President Muhammadu Buhari cut a pitiable sight on July 16, as he issued a stern warning to his appointees over their alleged disrespect for some institutions of state. And, this was after he had a meeting with the Senate President, Ahmad Lawan and the Speaker, House of Representatives, Femi Gbajabiamila, at the State House.
The President’s Senior Special Adviser on Media and Publicity, Garba Shehu, quoted Buhari as saying, “Ministers and all heads of departments and agencies should at all times conduct themselves in ways that will not undermine the National Assembly as an institution, its leadership and members.”
The President’s warning was expected. It would have amounted to an endorsement of lawlessness if he kept mum in the face of reports of unruly behaviour by some of his appointees.
On July 16, the Acting-Managing Director of the Interim Management Committee (IMC) of the Niger Delta Development Commission (NDDC), Prof. Kemebradikumo Pondei, and his officials walked out of the venue of an investigative hearing organised by the House of Representatives to unearth alleged rot in the agency.
The Minister of State, Labour and Employment, Festus Keyamo, on June 30, acted in similar manner, walking out on a National Assembly Committee on Labour.
And on July 16, the Minister of Labour and Employment, Chris Ngige, for the fifth time, reportedly disregarded the invitation of the House of Representatives’ Committee on Diaspora.
The President, rather than belch warnings, must set the needed tone for his appointees to follow. The impression of being too insular and cocooned in the State House without demonstrating the needed leadership is one that is too strong to ignore.
Where the President fails to rein in appointees, the conclusions to be drawn would be that he is not in charge. Certainly, this cannot be what Buhari desires.
Therefore, the disrespect for institutions of state by the President’s men needs to stop. And, Buhari must lead.
Two other talking points
On July 16, President Muhammadu Buhari, ordered an “effective and coordinated” probe of the alleged N81 billion financial misappropriation in the Niger Delta Development Commission (NDDC).
A statement from the President’s Senior Special Adviser on Media and Publicity, Garba Shehu, noted that: “The president…directed timely sharing of information and knowledge in a way to speedily assist the administration to diagnose what had gone wrong in the past and what needs to be done to make corrections in order to return the NDDC to its original mandate of making life better for people in Niger Delta.”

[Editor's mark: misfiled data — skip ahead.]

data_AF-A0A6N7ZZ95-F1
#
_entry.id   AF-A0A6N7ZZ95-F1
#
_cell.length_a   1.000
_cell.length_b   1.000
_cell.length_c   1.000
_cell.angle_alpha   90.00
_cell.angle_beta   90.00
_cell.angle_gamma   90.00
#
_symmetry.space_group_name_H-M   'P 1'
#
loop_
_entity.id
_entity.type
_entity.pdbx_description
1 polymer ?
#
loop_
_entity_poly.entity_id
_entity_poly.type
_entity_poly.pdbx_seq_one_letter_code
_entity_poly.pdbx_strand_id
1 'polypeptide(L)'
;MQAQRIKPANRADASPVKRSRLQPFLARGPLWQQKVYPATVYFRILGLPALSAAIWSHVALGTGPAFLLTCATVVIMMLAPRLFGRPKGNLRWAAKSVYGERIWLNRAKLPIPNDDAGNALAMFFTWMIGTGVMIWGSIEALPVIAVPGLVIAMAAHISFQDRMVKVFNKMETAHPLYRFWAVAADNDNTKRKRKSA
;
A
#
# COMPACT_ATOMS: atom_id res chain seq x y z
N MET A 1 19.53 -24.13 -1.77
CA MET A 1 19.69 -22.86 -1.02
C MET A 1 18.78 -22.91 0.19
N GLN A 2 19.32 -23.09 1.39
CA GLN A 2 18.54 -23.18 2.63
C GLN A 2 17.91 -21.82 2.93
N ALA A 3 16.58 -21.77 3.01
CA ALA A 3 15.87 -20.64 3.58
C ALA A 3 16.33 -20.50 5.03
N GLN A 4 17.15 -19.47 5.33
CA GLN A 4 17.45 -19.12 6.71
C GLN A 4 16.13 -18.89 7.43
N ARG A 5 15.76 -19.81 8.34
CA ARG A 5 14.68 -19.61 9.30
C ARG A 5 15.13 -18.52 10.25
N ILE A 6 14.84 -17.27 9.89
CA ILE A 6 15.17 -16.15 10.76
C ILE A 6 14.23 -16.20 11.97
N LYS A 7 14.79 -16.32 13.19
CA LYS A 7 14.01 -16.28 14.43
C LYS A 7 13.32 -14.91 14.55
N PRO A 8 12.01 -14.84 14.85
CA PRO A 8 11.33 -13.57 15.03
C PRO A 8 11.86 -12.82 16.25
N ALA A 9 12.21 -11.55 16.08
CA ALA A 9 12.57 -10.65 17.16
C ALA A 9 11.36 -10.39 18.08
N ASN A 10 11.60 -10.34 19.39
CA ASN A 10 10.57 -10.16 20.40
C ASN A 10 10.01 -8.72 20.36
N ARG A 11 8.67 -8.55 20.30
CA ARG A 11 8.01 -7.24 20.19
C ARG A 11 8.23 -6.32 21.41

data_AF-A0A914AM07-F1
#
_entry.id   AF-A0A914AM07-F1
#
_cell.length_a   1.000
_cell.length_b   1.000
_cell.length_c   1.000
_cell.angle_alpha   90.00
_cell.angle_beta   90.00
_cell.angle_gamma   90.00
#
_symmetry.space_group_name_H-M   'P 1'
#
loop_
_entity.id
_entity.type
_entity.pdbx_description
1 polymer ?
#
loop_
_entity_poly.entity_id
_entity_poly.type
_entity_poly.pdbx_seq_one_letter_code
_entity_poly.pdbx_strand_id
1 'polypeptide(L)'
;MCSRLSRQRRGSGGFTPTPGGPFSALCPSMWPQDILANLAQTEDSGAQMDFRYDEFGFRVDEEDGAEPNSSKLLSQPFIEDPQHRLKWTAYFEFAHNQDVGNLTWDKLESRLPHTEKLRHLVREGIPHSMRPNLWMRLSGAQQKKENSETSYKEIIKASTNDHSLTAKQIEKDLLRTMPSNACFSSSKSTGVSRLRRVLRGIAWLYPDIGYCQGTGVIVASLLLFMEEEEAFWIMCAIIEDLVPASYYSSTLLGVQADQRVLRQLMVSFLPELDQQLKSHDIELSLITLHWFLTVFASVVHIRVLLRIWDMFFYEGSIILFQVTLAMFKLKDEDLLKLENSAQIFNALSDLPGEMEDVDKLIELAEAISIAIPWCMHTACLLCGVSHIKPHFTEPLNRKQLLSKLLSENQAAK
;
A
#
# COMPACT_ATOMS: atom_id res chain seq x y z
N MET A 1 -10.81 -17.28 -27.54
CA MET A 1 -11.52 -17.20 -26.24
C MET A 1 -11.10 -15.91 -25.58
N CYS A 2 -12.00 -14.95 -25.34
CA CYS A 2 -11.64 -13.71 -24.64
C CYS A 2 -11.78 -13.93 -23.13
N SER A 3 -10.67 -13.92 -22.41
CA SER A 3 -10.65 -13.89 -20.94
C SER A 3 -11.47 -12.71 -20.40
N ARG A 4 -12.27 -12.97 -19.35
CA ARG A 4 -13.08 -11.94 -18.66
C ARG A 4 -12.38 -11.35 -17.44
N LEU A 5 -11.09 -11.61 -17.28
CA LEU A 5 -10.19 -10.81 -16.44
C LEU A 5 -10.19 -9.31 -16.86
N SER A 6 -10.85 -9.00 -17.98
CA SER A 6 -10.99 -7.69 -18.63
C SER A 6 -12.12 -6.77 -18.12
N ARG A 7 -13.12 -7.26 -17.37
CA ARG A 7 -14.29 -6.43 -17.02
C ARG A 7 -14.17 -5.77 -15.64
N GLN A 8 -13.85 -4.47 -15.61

That the ongoing NDDC probe is arguably the most talked about issue in the country today is not debatable. And, so the President’s deep interest in the matter is understandable.
It is safe to insinuate that there have been deliberate attempts to frustrate the probe.
On July 16, the immediate past acting Managing Director of the NDDC, Joy Nunieh, was prevented from leaving her house in Port Harcourt for Abuja to appear before House of Reps Committee hearing the probe by men of the Nigeria Police.
It took the ‘rascality’ of Rivers State governor, Nyesom Wike, to rescue her from a supposed house arrest.
The NDDC probe has, indeed, become a centre of theatrical display. With fingers pointing at so many directions, it would be fool hardy to think that anything positive would come out of an investigation in which the agency’s management is designed supervise its own probe.
In the face of utter chaos, the President may do well to engage the services of an independent, international investigative firm to conduct a thorough forensic audit of the NDDC.
He must intervene before NDDC completely goes to the dogs.
Adamu’s matching order
In a bid to check the nagging security challenge in the North-west geopolitical zone, Buhari, on July 16, despatched top security chiefs to interface with stakeholders in Zamfara State.
The Inspector-General of Police (IGP), Muhammad Adamu, accompanied by other top security officials, made this public when they paid a courtesy visit on the Emir of Gusau, Alhaji Ibrahim Bello.
Adamu said: “Mr President gave us a matching order to stop the current insecurity in this region.
“We need to strategize our efforts in addressing banditry, kidnapping and other forms of crimes in this zone. existing within the communities.”
A recurring concern is the worn out reference to ‘matching orders.’ Does the President need to repeat himself on what clearly are already defined tasks?
For as long as ‘matching orders’ remain a sing song, so will Nigerians adopt a cynical disposition on the matter of Buhari being able to protect lives and properties.
Will the President lead his administration to defeat insecurity in the North-west and other parts of the country? Can the IGP and his team root out the bandits ravaging different communities in the region?
Only time will tell but Adamu and other security chiefs have one more chance to justify why the President has continually declined, with a wave of hand, calls to sack them.
By John Chukwu…
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